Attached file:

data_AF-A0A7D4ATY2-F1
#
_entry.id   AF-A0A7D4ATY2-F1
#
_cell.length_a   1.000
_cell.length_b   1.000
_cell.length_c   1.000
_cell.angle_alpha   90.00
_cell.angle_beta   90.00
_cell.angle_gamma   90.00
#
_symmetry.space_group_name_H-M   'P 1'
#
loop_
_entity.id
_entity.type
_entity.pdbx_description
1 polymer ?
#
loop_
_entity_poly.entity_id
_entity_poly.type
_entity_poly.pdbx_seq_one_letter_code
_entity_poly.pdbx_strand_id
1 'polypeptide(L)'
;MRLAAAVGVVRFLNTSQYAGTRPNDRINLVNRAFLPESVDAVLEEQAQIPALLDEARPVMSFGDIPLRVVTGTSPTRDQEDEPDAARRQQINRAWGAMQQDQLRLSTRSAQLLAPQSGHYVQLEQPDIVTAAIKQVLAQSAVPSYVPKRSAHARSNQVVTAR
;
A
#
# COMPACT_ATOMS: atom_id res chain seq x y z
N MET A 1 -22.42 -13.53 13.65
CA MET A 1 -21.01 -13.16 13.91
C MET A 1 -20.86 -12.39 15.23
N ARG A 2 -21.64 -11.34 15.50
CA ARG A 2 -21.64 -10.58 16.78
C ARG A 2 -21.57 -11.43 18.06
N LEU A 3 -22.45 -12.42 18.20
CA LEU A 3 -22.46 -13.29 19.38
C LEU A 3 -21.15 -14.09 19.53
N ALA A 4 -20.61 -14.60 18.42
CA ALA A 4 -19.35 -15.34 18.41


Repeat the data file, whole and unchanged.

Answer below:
data_AF-A0A7D4ATY2-F1
#
_entry.id   AF-A0A7D4ATY2-F1
#
_cell.length_a   1.000
_cell.length_b   1.000
_cell.length_c   1.000
_cell.angle_alpha   90.00
_cell.angle_beta   90.00
_cell.angle_gamma   90.00
#
_symmetry.space_group_name_H-M   'P 1'
#
loop_
_entity.id
_entity.type
_entity.pdbx_description
1 polymer ?
#
loop_
_entity_poly.entity_id
_entity_poly.type
_entity_poly.pdbx_seq_one_letter_code
_entity_poly.pdbx_strand_id
1 'polypeptide(L)'
;MRLAAAVGVVRFLNTSQYAGTRPNDRINLVNRAFLPESVDAVLEEQAQIPALLDEARPVMSFGDIPLRVVTGTSPTRDQEDEPDAARRQQINRAWGAMQQDQLRLSTRSAQLLAPQSGHYVQLEQPDIVTAAIKQVLAQSAVPSYVPKRSAHARSNQVVTAR
;
A
#
# COMPACT_ATOMS: atom_id res chain seq x y z
N MET A 1 -22.42 -13.53 13.65
CA MET A 1 -21.01 -13.16 13.91
C MET A 1 -20.86 -12.39 15.23
N ARG A 2 -21.64 -11.34 15.50
CA ARG A 2 -21.64 -10.58 16.78
C ARG A 2 -21.57 -11.43 18.06
N LEU A 3 -22.45 -12.42 18.20
CA LEU A 3 -22.46 -13.29 19.38
C LEU A 3 -21.15 -14.09 19.53
N ALA A 4 -20.61 -14.60 18.42
CA ALA A 4 -19.35 -15.34 18.41